Monday, May 31, 2010

Category error.

Something is categorically amiss – nay, noxiously rotten – in the erstwhile State of Porbandar. That, by the way, was the principality where the grandfather as well as the father of the Father of the Nation did duty as Dewan or Prime Minister once upon a time and where the latter was born. Porbandar, on the nose of the uniquely shaped landmass of Kutch and west of Ahmedabad and Sabarmati Ashram, was categorically not on the Dandi March route. That salt-bound trail of 241 miles wound its way southwards along the mainland coast.

But that’s neither here nor there. Except perhaps for the fact that the 241 miles that Gandhi and his 79 Satyagrahi followers covered in 24 days inspired Montblanc of Germany to launch a limited edition of 241 hand-crafted Gandhi fountain pens. Tushar Gandhi, MK’s great grandson, found nothing wrong with the idea. According to BBC “[h]is charitable foundation has already received a donation of $145,000 from Montblanc and will receive between $200 and $1,000 for each pen sold.” Tushar, I reckon, thinks like the bania that he is and his great grandfather was.

Banias are from the trader/merchant stock. According to Jafar Mahmΰd (Mahatma Gandhi: A Multifaceted Person, page 53), Gandhi once admitted that he was a bania and there was no limit to his greed. On page 64 of the same book, there’s an account of how he was not averse to raising money by auctioning the gifts he received. A lime went for Rs.10/-; a cotton garland for Rs.201/-; a golden takli (drop spindle) for Rs.5000/-; a thrice-auctioned ring worth Rs.30/- for Rs.445/-; a casket for Rs.1000/-. Imagine what these bids would be worth at the 21st century prices. When it came to raising funds for his causes, Gandhi was also a shameless beggar.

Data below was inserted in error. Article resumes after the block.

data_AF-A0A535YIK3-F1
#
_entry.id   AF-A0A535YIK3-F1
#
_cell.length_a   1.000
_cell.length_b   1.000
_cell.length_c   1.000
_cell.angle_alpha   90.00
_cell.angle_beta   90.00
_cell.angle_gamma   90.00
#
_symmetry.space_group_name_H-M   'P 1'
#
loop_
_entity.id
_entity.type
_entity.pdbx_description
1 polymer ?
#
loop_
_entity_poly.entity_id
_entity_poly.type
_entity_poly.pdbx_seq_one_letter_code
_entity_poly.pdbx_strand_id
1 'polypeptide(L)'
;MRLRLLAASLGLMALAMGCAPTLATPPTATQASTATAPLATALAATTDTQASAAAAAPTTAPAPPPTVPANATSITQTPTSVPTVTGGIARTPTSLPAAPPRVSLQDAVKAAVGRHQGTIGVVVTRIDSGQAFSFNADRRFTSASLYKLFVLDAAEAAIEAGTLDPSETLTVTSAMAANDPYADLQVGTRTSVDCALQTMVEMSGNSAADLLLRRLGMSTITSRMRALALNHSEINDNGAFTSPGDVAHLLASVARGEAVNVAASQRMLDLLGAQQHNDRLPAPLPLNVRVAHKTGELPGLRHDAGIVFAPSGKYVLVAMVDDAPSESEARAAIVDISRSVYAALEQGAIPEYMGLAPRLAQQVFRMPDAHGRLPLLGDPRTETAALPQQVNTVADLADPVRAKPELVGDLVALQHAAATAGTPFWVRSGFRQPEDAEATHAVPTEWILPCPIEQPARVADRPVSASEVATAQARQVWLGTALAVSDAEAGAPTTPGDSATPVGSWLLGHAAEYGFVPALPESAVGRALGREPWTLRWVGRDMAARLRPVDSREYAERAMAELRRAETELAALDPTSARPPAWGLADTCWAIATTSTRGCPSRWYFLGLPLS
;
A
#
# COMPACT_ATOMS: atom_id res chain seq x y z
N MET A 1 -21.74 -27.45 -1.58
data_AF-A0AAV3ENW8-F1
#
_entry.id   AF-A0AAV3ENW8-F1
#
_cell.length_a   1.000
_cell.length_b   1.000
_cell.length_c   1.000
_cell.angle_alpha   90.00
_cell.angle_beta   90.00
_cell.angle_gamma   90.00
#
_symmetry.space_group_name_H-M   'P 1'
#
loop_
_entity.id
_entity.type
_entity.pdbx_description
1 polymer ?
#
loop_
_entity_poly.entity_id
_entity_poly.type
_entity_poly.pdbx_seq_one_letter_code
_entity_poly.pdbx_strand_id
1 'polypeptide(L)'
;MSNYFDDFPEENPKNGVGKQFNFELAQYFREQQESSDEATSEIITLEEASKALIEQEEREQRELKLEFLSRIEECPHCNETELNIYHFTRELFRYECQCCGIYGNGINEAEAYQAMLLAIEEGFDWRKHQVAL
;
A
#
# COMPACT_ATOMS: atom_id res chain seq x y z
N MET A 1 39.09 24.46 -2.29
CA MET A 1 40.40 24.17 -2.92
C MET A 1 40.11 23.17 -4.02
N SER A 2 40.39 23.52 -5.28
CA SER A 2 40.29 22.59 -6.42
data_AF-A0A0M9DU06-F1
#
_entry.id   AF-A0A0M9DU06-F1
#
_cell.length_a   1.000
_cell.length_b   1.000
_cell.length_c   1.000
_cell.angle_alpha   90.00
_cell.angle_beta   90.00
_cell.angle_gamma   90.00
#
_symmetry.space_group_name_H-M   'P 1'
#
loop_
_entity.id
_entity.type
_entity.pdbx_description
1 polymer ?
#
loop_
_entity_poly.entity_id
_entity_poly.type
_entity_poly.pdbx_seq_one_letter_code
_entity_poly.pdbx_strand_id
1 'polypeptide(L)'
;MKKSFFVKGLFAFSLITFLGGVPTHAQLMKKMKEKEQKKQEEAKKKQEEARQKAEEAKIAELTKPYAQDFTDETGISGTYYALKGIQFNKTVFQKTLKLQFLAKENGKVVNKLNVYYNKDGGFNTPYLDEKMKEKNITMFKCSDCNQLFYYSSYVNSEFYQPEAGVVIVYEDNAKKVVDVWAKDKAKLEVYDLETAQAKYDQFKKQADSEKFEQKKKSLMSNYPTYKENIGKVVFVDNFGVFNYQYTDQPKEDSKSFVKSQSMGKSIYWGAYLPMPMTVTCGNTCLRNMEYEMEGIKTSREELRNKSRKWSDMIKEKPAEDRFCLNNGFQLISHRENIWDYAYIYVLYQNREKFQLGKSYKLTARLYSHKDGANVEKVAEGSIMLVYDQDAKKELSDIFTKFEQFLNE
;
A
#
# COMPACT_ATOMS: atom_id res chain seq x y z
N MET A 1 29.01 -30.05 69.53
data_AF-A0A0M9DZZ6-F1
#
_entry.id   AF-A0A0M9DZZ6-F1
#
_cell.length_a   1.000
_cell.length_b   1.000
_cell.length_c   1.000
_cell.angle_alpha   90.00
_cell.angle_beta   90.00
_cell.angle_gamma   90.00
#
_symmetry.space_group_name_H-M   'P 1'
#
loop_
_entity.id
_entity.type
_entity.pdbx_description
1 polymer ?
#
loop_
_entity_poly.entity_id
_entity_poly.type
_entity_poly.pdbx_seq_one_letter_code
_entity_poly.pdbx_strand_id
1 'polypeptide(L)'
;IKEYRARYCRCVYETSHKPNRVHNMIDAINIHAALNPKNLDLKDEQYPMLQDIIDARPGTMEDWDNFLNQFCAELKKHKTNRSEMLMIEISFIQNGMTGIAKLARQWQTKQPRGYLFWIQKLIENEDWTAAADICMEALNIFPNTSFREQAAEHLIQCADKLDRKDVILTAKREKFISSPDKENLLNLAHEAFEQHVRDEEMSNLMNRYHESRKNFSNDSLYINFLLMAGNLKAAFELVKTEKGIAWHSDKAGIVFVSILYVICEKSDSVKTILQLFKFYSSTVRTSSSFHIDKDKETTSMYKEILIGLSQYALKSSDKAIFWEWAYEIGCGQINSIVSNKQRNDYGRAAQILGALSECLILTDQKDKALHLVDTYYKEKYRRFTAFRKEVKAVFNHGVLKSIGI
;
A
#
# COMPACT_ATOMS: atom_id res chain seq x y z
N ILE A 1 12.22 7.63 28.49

Dijo Kappen of the Centre for Consumer Education, Kerala, does not agree with Tushar Gandhi’s bania logic. The Centre stopped the sale of the Montblanc product by filing a suit in the Kerala High Court evoking a 1950 Indian law prohibiting the improper use of emblems and names. “It is a mockery of the great man and … an insult to the nation … to use him as a poster boy,” argued Kappen. Are there haves and have-nots among NGOs and are there internecine rivalries and jealousies out there too, one wonders.

The text on the Montblanc website clearly says that the $25,000 (£16,000) gold and silver limited edition pen is homage to the 241 miles travelled by Gandhi on the Salt March from Ahmedabad to the coast.

Is there what is known in philosophy and semantics as “category error” lurking here?

I’m reminded of my mythical friend Henry Root’s daughter, Doreen, a student of philosophy and sociology at the University of Exeter in the sober seventies when Mrs Thatcher ruled the roost in Britain. Young Doreen used to be rather adept at spotting logical faux pas.

She would probably have posed the question in the present case as follows.

Can a profit-making product pass off as homage to a man who made a fetish out of living in poverty although it took a lot of money to keep him there, said Sarojini Naidu?

Or, can a self-serving act pose as homage to a selfless person?